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  • Very confused pharmacist.

    Dear all

    I've been qualified since 2013. I've worked in community pharmacy as a permanent and locum pharmacists in those 7 years. I have come to a point in my life, I am asking myself if I could do this until retirement? It started out ok back in 2013, I was new to the profession and I had enthuthiasm. Seven years later, I am asking myself whether I can continue or whether I need a change of career. These are my problems with my last 7 years as a pharmacist. I do suffer with a functional social anxiety. This is not good when your having to deal with people all day, everyday and you are mildly anxious all the time. It takes its toll after a while especially when locuming and having to meet new people(staff) and new computer systems. Repetitive nature, pressures due to service targets, paperwork, no real increase in salary over 7 years ect.

    I post this because I thought there must be pharmacists in similar situations? I am asking for wisdom from follow pharmacist who may have been in similar situations. I've looked at industry opportunities, but have realised without further studying it is not easy to get into. I've searched other opportunities for pharmacist, but I am struggling to find anything apart from community, hospital or your typical industry jobs. I know you maybe thinking why you chose to do pharmacy in the first place? At 18 years old I didn't have a clue what I wanted to do as career for the rest of my life. I should have been more wise, but in reality at 18 I was young and dumb. I don't want to make any rash decisions that I regret in the future and hence I have come for advice.

    Many thanks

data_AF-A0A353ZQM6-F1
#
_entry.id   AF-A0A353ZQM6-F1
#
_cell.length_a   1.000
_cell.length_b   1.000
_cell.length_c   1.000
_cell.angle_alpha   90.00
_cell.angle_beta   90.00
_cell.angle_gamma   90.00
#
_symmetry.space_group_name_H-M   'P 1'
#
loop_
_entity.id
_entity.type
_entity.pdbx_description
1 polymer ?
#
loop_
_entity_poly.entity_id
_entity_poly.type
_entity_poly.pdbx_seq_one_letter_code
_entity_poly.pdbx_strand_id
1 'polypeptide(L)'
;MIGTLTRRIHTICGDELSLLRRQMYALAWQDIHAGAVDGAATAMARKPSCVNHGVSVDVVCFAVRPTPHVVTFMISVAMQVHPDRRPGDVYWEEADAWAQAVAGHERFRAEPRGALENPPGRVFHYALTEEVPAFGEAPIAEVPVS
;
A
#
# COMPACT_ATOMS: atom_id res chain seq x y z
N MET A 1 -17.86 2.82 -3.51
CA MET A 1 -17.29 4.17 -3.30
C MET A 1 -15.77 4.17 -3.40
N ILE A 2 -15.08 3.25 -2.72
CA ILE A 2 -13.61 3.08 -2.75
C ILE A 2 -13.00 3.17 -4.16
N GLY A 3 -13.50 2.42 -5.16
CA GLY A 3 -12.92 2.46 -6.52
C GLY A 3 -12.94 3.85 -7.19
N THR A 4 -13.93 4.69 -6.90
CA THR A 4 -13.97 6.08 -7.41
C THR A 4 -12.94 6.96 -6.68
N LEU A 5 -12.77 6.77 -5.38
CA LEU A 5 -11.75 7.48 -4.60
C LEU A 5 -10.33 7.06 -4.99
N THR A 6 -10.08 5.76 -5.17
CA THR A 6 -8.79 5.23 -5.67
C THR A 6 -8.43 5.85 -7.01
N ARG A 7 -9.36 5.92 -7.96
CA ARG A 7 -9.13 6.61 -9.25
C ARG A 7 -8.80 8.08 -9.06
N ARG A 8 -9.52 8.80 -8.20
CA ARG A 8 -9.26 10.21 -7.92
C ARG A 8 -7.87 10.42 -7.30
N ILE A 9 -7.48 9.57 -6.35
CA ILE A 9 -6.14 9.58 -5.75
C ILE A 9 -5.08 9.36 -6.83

Rik


  • #2
    Maybe this story might give you some ideas. I’ve been told that down south they can’t recruit enough pharmacists to work in primary care networks. Depending on where you live in the UK it might be an avenue you could explore?

    https://www.pharmacy-forum.co.uk/for...new-beginnings
    Lively debate is encouraged but please respect the opinions and feelings of others.
    Please help keep the forum vibrant by spreading the work to friends and colleagues via word of mouth or social media.
    Thank you for contributing to this site.

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    • #3
      Very true. The South West and East Anglia have always had a pharmacist "shortage". One reason why I retired to East Anglia and was never short of work.
      johnep

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      • #4
        Industry are always looking for pharmacists. The salaries generally begin in the low to mid-20's but there's significant upward mobility once as long as you can prove yourself.

        Job postings usually request a life sciences or pharmacy degree.
        I remember when a blog was an individual boot.

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        • #5
          Hi riks!

          Like a few people have mentioned, I think moving into GP practice/CCG is the easiest way out of community at the moment without a massive pay cut. I find it's a rewarding job without so much pressure, and you could even find a position in medicines optimisation where you have very little contact with the public.

          Other than that, a change in career is not such a crazy thing, how is someone supposed to know what they want to do for the rest of their lives at 18? I considered at some point to do something related to scientific translation as I love languages so much. I didn't follow through in the end (because I'm too lazy) but I found while I was working on that project the everyday job was more bearable.